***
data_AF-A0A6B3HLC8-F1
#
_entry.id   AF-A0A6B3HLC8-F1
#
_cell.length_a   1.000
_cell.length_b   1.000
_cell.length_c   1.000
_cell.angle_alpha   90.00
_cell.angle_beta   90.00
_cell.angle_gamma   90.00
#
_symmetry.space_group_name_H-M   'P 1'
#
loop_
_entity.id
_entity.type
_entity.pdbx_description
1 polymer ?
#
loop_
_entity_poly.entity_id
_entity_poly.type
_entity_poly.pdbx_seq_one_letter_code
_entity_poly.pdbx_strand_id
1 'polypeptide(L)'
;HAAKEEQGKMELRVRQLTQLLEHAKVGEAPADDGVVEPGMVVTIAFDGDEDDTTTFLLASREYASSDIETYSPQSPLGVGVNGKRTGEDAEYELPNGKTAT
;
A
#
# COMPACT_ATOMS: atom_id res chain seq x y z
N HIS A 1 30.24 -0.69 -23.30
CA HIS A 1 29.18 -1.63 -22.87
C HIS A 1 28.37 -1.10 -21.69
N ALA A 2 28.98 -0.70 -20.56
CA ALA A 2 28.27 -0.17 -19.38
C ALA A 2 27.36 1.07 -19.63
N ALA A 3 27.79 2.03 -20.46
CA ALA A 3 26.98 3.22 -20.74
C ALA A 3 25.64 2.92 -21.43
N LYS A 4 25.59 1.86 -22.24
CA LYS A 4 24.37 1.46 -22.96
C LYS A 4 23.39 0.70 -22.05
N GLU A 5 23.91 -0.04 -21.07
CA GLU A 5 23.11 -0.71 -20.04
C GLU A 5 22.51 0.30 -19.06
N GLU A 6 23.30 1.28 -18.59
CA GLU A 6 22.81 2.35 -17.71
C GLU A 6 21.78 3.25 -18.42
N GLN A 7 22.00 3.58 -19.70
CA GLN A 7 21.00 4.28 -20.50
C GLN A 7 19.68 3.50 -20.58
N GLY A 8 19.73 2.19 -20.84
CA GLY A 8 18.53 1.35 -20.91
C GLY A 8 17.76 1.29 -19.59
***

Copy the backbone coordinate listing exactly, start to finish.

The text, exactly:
data_AF-A0A6B3HLC8-F1
#
_entry.id   AF-A0A6B3HLC8-F1
#
_cell.length_a   1.000
_cell.length_b   1.000
_cell.length_c   1.000
_cell.angle_alpha   90.00
_cell.angle_beta   90.00
_cell.angle_gamma   90.00
#
_symmetry.space_group_name_H-M   'P 1'
#
loop_
_entity.id
_entity.type
_entity.pdbx_description
1 polymer ?
#
loop_
_entity_poly.entity_id
_entity_poly.type
_entity_poly.pdbx_seq_one_letter_code
_entity_poly.pdbx_strand_id
1 'polypeptide(L)'
;HAAKEEQGKMELRVRQLTQLLEHAKVGEAPADDGVVEPGMVVTIAFDGDEDDTTTFLLASREYASSDIETYSPQSPLGVGVNGKRTGEDAEYELPNGKTAT
;
A
#
# COMPACT_ATOMS: atom_id res chain seq x y z
N HIS A 1 30.24 -0.69 -23.30
CA HIS A 1 29.18 -1.63 -22.87
C HIS A 1 28.37 -1.10 -21.69
N ALA A 2 28.98 -0.70 -20.56
CA ALA A 2 28.27 -0.17 -19.38
C ALA A 2 27.36 1.07 -19.63
N ALA A 3 27.79 2.03 -20.46
CA ALA A 3 26.98 3.22 -20.74
C ALA A 3 25.64 2.92 -21.43
N LYS A 4 25.59 1.86 -22.24
CA LYS A 4 24.37 1.46 -22.96
C LYS A 4 23.39 0.70 -22.05
N GLU A 5 23.91 -0.04 -21.07
CA GLU A 5 23.11 -0.71 -20.04
C GLU A 5 22.51 0.30 -19.06
N GLU A 6 23.30 1.28 -18.59
CA GLU A 6 22.81 2.35 -17.71
C GLU A 6 21.78 3.25 -18.42
N GLN A 7 22.00 3.58 -19.70
CA GLN A 7 21.00 4.28 -20.50
C GLN A 7 19.68 3.50 -20.58
N GLY A 8 19.73 2.19 -20.84
CA GLY A 8 18.53 1.35 -20.91
C GLY A 8 17.76 1.29 -19.59